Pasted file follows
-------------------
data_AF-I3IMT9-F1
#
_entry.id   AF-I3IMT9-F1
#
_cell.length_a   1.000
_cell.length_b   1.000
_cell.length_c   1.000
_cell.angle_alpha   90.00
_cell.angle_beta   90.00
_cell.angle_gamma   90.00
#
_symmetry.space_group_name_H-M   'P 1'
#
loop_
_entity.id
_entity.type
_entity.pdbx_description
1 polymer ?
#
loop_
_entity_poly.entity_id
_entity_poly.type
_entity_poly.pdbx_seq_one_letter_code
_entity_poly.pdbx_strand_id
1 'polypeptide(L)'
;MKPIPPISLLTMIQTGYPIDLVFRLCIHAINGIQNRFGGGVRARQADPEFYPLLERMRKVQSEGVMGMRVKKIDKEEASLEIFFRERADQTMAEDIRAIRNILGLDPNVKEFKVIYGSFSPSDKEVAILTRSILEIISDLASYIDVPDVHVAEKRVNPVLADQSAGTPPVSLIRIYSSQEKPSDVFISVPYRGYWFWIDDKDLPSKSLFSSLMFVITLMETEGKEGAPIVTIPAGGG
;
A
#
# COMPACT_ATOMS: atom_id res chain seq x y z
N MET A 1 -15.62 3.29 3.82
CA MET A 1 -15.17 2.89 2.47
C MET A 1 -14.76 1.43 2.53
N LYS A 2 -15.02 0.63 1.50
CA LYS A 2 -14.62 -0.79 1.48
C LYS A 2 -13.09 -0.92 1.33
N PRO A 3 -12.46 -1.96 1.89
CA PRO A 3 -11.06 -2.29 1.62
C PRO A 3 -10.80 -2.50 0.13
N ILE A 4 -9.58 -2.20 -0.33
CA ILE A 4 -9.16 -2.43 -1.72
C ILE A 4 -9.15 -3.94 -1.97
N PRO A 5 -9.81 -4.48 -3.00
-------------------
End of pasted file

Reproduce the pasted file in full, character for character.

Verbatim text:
data_AF-I3IMT9-F1
#
_entry.id   AF-I3IMT9-F1
#
_cell.length_a   1.000
_cell.length_b   1.000
_cell.length_c   1.000
_cell.angle_alpha   90.00
_cell.angle_beta   90.00
_cell.angle_gamma   90.00
#
_symmetry.space_group_name_H-M   'P 1'
#
loop_
_entity.id
_entity.type
_entity.pdbx_description
1 polymer ?
#
loop_
_entity_poly.entity_id
_entity_poly.type
_entity_poly.pdbx_seq_one_letter_code
_entity_poly.pdbx_strand_id
1 'polypeptide(L)'
;MKPIPPISLLTMIQTGYPIDLVFRLCIHAINGIQNRFGGGVRARQADPEFYPLLERMRKVQSEGVMGMRVKKIDKEEASLEIFFRERADQTMAEDIRAIRNILGLDPNVKEFKVIYGSFSPSDKEVAILTRSILEIISDLASYIDVPDVHVAEKRVNPVLADQSAGTPPVSLIRIYSSQEKPSDVFISVPYRGYWFWIDDKDLPSKSLFSSLMFVITLMETEGKEGAPIVTIPAGGG
;
A
#
# COMPACT_ATOMS: atom_id res chain seq x y z
N MET A 1 -15.62 3.29 3.82
CA MET A 1 -15.17 2.89 2.47
C MET A 1 -14.76 1.43 2.53
N LYS A 2 -15.02 0.63 1.50
CA LYS A 2 -14.62 -0.79 1.48
C LYS A 2 -13.09 -0.92 1.33
N PRO A 3 -12.46 -1.96 1.89
CA PRO A 3 -11.06 -2.29 1.62
C PRO A 3 -10.80 -2.50 0.13
N ILE A 4 -9.58 -2.20 -0.33
CA ILE A 4 -9.16 -2.43 -1.72
C ILE A 4 -9.15 -3.94 -1.97
N PRO A 5 -9.81 -4.48 -3.00